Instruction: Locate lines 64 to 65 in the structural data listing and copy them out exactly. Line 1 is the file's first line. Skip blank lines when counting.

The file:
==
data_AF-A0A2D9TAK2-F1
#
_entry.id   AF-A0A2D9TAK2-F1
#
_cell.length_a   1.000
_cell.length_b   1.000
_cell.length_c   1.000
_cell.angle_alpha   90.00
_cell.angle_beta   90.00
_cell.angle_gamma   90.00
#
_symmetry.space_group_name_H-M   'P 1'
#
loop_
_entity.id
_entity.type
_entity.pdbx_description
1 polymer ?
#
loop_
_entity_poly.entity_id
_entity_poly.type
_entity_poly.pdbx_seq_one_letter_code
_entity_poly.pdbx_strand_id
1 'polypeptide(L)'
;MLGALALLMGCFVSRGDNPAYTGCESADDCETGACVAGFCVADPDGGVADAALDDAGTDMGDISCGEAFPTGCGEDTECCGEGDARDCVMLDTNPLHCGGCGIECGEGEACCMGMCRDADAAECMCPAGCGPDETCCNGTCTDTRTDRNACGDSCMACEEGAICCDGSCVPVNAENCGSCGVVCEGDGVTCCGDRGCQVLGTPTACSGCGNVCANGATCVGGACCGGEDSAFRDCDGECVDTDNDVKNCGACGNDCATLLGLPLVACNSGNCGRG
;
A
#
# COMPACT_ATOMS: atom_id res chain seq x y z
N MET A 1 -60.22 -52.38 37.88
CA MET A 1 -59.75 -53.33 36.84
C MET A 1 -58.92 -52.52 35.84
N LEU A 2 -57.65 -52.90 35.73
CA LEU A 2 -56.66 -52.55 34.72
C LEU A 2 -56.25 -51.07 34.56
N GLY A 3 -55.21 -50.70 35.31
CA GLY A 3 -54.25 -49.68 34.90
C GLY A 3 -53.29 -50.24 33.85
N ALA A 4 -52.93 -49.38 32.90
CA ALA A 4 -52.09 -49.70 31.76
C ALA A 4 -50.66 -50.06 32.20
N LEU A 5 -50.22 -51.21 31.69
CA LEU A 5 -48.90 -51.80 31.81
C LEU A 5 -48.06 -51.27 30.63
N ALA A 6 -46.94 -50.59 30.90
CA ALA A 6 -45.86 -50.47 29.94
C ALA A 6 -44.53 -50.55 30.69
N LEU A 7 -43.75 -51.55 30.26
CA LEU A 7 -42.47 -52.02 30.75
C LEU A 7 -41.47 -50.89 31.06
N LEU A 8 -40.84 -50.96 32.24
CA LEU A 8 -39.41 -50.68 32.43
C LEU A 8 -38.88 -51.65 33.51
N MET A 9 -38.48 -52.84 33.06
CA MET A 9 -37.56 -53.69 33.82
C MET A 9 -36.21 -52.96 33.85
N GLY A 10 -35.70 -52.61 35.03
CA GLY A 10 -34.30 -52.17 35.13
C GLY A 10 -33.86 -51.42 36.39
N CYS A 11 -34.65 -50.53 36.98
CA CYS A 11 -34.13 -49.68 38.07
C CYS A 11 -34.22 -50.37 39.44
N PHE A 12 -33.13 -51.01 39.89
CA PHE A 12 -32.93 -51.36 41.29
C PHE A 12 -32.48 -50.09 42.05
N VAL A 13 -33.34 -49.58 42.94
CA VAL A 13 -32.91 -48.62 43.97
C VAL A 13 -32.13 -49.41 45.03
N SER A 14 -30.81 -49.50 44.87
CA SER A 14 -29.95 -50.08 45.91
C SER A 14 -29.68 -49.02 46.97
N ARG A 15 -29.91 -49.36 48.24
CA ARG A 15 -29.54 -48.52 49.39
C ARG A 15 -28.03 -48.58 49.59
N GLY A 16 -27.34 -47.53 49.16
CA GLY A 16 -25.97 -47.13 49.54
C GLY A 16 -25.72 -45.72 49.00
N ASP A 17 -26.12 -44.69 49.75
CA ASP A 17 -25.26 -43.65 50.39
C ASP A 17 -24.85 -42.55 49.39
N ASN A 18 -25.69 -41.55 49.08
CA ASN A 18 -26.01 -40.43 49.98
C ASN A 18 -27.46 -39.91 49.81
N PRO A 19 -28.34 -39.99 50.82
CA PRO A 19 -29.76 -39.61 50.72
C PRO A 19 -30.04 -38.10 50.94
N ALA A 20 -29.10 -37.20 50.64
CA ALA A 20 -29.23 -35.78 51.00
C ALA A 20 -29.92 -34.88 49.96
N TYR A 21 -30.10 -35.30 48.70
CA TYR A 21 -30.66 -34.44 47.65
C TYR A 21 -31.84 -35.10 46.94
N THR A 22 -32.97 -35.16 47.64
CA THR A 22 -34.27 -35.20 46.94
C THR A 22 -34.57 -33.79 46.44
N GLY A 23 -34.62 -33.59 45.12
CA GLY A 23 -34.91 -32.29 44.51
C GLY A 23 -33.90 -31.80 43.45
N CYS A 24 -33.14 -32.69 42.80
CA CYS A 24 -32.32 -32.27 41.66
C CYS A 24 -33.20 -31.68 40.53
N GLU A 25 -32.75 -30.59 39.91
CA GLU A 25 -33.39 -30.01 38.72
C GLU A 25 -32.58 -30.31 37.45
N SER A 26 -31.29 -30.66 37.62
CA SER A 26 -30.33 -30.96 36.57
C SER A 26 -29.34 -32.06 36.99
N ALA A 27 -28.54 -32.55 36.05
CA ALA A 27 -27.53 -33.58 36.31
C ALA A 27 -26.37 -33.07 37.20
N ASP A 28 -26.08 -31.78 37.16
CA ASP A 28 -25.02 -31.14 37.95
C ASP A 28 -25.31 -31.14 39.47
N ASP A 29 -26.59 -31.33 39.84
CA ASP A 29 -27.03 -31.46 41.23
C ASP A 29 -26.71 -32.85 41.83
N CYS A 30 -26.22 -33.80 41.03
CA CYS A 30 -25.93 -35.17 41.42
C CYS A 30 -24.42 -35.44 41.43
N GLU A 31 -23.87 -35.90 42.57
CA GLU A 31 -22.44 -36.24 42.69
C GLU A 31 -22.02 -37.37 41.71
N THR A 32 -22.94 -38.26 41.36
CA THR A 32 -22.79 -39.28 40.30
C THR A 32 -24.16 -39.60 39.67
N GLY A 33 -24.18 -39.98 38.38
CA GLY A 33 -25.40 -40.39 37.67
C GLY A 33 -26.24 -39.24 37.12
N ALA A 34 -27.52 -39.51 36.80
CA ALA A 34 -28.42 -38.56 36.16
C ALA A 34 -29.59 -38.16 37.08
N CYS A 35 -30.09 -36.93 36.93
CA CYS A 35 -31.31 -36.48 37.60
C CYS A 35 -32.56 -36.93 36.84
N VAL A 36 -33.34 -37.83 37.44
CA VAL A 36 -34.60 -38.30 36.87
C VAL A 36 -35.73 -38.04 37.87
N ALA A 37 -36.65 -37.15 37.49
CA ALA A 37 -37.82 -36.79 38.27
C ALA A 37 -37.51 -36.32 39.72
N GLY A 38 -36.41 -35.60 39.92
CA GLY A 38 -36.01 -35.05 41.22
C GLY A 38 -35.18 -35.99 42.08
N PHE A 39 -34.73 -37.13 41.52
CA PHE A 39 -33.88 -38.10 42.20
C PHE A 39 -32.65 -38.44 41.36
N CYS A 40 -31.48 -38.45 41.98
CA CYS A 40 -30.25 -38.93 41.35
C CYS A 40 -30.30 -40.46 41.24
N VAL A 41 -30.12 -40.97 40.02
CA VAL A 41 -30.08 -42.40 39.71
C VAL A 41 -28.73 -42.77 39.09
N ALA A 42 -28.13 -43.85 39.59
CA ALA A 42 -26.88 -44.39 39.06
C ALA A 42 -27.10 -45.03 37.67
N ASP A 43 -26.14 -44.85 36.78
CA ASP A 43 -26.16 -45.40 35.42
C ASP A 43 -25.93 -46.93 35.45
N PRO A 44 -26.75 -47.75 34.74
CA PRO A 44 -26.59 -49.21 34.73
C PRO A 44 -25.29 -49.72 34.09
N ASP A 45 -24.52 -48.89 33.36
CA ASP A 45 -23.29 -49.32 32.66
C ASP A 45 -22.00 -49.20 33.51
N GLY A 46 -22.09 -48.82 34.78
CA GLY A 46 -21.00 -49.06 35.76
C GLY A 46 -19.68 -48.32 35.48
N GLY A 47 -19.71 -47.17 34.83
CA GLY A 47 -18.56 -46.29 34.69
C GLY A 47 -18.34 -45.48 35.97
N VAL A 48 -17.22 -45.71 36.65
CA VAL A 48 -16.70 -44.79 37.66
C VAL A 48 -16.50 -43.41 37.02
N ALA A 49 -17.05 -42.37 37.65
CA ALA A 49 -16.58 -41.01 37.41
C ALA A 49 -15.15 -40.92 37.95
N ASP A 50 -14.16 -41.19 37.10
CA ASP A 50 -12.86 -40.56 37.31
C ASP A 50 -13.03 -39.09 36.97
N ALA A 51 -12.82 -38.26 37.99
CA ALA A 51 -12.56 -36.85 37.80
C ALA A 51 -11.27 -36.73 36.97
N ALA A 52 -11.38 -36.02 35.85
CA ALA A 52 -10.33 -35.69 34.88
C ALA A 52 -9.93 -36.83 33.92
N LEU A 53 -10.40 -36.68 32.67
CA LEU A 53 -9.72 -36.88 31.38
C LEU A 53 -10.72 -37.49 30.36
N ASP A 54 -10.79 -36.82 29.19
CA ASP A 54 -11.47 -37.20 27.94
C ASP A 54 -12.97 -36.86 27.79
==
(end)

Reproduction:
N PHE A 12 -33.13 -51.01 39.89
CA PHE A 12 -32.93 -51.36 41.29